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Adverse Credit: Can I Get a Mortgage?

By: Christine Whitfield BA (hons) - Updated: 10 Jun 2019 | comments*Discuss
 
Debt Finances Economy Lenders Economy

Q.

I have seen plenty of shared ownership homes I obviously need a mortgage but I have adverse credit and I am currently going through debt management. I am currently renting and need a larger home for my growing family. Truthfully is there any hope at all for me?

(Miss Deborah Laing, 19 October 2008)

A.

Shared ownership schemes involve the homebuyer only paying a percentage of the property with a housing association or lender owning the remaining amount. These schemes were developed for people who will struggle to get and afford a full mortgage. Therefore these schemes would traditionally be ideal for you. However as you will already know times have changed and it now looks unlikely you will be able to obtain a mortgage even with the help of one of these schemes.

The economic crisis means it is not going to be viable for people with credit problems to get a mortgage, at least not in the short term. The problems at the moment began with what many industry experts are calling ‘irresponsible lending’. People who could not really afford a mortgage were getting one. They then struggled to pay back their debt and, in the US especially, many houses were repossessed. Of course what happens in the US affects the UK and the economy over here took a battering.

At the moment getting any kind of mortgage is difficult. Lenders do not have the liquidity needed to lend and so borrowers are suffering. Of course things will get better eventually but even when they do have the money to lend again it is unlikely they will be keen to lend to people with credit problems.

Anyone with adverse credit, County Court judgements or other debt issues will have some serious difficulty in gaining any credit. Lenders will be reluctant to lend to people who they think may struggle when paying back their mortgage. They do not want repossessions on their hands and they know it is not right to lend irresponsibly and so will be much more stringent with their criteria.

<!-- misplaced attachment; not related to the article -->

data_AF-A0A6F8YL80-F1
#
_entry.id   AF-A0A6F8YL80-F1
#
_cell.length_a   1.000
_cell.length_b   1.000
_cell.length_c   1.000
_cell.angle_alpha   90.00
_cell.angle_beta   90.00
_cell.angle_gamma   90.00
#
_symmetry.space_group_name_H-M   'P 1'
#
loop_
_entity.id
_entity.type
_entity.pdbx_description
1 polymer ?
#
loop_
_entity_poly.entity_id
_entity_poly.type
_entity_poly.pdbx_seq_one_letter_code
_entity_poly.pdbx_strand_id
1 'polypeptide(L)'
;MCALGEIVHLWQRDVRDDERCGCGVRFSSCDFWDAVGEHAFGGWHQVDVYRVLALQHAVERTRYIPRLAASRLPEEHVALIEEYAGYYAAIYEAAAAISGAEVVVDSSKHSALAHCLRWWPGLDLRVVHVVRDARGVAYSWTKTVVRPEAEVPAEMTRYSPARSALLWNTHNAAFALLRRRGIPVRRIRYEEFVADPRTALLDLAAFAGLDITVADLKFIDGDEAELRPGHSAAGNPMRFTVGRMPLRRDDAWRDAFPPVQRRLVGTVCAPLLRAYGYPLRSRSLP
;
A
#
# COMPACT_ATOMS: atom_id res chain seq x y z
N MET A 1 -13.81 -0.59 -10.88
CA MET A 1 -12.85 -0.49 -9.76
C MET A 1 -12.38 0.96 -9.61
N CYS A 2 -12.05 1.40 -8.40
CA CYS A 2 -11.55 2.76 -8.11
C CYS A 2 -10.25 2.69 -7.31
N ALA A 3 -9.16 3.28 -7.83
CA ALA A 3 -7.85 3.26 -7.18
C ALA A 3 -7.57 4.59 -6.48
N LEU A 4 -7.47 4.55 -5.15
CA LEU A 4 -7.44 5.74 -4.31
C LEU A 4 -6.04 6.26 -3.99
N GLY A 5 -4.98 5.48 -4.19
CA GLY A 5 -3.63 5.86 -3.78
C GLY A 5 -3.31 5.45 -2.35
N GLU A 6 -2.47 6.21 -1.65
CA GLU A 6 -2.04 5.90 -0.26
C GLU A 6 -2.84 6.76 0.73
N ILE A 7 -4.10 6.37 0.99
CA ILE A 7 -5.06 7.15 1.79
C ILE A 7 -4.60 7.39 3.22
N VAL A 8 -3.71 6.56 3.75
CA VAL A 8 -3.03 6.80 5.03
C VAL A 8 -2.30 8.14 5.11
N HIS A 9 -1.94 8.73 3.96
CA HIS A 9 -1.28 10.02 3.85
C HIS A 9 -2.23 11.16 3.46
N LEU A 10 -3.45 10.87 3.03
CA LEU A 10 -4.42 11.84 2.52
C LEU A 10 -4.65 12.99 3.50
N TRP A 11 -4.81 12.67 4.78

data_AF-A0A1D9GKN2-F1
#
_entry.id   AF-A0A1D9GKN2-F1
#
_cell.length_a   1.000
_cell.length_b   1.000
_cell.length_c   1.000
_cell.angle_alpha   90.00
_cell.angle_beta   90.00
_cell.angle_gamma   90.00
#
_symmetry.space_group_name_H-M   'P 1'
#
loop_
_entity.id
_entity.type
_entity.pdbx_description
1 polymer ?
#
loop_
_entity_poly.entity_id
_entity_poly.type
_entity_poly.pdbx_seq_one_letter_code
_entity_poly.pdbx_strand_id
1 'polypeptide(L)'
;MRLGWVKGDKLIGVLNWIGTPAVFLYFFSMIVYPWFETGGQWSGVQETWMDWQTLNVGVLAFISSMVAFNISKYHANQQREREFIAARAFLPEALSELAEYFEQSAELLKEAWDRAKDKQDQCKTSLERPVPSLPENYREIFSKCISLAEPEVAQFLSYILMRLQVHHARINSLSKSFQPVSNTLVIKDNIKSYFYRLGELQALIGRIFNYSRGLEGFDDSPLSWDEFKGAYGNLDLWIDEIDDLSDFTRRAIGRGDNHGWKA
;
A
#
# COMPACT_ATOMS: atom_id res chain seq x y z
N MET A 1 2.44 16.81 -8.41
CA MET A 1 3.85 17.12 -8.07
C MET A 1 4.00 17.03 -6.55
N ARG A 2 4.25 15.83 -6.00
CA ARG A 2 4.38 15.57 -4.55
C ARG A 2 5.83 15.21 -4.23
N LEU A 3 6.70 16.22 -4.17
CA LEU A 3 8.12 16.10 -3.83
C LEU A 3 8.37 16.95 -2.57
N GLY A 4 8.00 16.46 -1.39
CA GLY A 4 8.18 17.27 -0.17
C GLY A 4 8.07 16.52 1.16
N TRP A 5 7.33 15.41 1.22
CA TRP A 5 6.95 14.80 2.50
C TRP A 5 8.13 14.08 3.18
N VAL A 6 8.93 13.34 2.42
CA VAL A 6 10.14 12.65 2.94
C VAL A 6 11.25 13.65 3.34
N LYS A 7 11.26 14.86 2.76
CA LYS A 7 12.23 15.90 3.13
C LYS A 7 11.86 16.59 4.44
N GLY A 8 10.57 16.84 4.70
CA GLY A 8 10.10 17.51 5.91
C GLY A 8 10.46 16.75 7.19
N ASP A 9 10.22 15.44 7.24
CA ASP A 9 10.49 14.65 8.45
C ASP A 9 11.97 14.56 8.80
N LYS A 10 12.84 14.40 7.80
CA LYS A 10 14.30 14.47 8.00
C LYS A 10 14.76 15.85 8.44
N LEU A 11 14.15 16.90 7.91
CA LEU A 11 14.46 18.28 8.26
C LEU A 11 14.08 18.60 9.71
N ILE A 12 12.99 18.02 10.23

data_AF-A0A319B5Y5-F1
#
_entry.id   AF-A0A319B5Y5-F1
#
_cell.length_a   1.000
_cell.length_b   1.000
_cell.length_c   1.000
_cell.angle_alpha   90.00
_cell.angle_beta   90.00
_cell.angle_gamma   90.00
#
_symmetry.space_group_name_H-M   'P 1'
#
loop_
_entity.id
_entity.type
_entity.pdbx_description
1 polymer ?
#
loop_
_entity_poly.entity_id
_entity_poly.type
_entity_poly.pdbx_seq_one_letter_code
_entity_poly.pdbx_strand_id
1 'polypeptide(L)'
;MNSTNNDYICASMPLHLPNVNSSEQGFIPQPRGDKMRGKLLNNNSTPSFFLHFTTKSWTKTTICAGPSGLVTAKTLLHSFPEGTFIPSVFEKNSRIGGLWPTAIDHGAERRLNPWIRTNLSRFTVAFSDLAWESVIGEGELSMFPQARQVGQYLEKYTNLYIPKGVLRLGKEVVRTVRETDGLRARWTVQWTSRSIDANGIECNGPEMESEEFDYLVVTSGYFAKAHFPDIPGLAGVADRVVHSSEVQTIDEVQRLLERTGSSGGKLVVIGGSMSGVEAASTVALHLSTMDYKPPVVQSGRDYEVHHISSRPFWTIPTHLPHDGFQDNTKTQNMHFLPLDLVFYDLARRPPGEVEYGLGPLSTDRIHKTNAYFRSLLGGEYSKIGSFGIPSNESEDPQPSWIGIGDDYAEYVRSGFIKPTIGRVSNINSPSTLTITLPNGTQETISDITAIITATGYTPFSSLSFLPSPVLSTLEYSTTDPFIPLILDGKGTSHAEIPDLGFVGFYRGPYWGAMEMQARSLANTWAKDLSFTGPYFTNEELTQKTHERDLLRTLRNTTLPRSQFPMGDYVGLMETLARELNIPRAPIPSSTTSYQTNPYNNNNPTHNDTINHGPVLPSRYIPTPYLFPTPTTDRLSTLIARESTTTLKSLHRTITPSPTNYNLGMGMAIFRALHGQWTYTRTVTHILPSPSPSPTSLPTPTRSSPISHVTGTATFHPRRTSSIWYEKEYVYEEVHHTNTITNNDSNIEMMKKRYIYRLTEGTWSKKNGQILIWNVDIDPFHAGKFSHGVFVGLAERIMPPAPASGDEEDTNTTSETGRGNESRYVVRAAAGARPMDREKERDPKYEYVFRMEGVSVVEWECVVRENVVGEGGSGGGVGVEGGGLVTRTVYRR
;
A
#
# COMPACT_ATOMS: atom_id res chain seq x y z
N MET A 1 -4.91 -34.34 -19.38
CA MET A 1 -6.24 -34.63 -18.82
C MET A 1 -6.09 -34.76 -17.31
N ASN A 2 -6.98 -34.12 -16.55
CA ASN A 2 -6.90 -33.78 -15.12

If you want to know whether you can apply for a mortgage then you should speak with a financial adviser for advice. He or she will be able to look at your finances in more detail and work out the best option for you. However for the time being it would be better to concentrate on your debt management program and work on getting your finances in tact before you start thinking about taking on more debt.

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HI, I have been a teacher for 6 years in London , but last year I became a school librarian. Am I still a key worker? Thanks.
Fara - 10-Jun-19 @ 11:03 AM
when you sell a shared ownership house do you sell it as the remainder of the lease or does the housing associations give the new buyers a new lease? for example if i buy a house a get a 100 year lease and stay there for 10 yrs is the house sold with a 90 year lease or will the new buyers get a new 100 year lease from the housing asscociation
rossey - 8-Oct-17 @ 11:32 AM
Hi We moved into a new-build property two years ago, we were told at the time of moving in, that after 5 years we could put in to buy the house, however after 18 mnths we were told we no longer had that option. The housing officer said she did not know but its something to do with the land, we are devastated as we hoped to buy the house and feel like we have been treat wrong. Do you know if theres anything we can do? RegardsKarina
Milo - 21-Apr-17 @ 9:21 AM
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